Balloon Aortic Valvuloplasty (BAV)

What is BAV?

The aortic valve in the heart is located between the left ventricle and the aorta. Normally, the aortic valve structure has three leaflets but some babies are born with an aortic valve that has only two leaflets called a bicuspid valve. This bicuspid aortic valve may remain at the same stage throughout life or it  may become progressively stenotic (narrow) or become leaky. 

If the valve becomes too narrow Balloon aortic valvuloplasty (BAV) is used as a suitable treatment method in children. This procedure is done in the catheterization lab where a small balloon is inserted via a thin tube into an artery in the groin area (upper thigh). The balloon is inflated in the aortic valve which will increase blood flow to the heart.

Infants with aortic valve stenosis can rapidly get into a life threatening condition where early identification and immediate BAV is required.

 

Complications of BAV

The procedure is associated with potential complications.  In 10-15% of instances the valve may leak significantly after the procedure.  In a small proportion (<2%) it may require emergency surgery to repair the damaged valve. Additionally, the general complication of catheterisation can occur especially in small babies.  The aortic valve is typically reached via the groin artery and this may get blocked after the procedure.  After the procedure there may be a need for a variable period of supportive treatment.  Selected newborns may need to be in the ICU and may require mechanical ventilatory support.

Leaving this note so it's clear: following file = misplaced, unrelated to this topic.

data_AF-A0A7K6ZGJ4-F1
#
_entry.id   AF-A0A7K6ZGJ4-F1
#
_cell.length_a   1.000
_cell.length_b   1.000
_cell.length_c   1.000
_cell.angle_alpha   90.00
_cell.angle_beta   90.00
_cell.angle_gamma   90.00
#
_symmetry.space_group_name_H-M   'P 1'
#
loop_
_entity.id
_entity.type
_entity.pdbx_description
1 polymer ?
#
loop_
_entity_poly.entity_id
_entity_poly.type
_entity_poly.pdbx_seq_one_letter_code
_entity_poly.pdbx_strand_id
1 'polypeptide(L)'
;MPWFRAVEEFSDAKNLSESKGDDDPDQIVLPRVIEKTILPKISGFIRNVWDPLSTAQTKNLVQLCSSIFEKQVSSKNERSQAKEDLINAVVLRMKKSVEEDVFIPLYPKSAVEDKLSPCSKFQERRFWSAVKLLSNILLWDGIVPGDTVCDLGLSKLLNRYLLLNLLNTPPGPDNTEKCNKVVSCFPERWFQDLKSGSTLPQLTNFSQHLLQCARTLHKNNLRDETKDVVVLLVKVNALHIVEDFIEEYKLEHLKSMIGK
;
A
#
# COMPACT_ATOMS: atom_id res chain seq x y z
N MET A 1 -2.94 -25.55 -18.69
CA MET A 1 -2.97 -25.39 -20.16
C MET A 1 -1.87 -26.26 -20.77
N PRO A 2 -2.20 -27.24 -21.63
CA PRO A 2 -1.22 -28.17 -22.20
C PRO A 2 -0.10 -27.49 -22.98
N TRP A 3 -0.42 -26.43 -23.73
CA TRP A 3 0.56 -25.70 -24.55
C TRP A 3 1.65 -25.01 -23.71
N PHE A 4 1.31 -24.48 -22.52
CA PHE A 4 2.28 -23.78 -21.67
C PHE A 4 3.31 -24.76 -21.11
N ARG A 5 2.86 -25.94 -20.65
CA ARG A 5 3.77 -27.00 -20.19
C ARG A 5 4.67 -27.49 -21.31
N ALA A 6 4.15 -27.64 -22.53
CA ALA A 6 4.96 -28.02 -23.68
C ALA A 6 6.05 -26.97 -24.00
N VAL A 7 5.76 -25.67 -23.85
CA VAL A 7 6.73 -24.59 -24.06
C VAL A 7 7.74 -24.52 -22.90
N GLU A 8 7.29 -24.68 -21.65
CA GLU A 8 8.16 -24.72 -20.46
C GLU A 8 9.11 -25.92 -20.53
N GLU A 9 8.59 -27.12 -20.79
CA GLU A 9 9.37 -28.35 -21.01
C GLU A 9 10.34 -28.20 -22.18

What can be expected over the long term?

It is often necessary to follow these patients carefully after BAV. The following issues need specific attention:

  1. The aortic valve may become narrow again.

  2. The aortic valve leakage may increase with time. Often after BAV, the aortic valve may have a small degree of leakage that is of no immediate consequence.  But this may progress with time and eventually need surgery in the form of repair or, exceptionally, replacement.

  3. The aorta may dilate with time in patients with congenital abnormal aortic valves. This is now increasingly being recognized and needs echocardiography every year or two.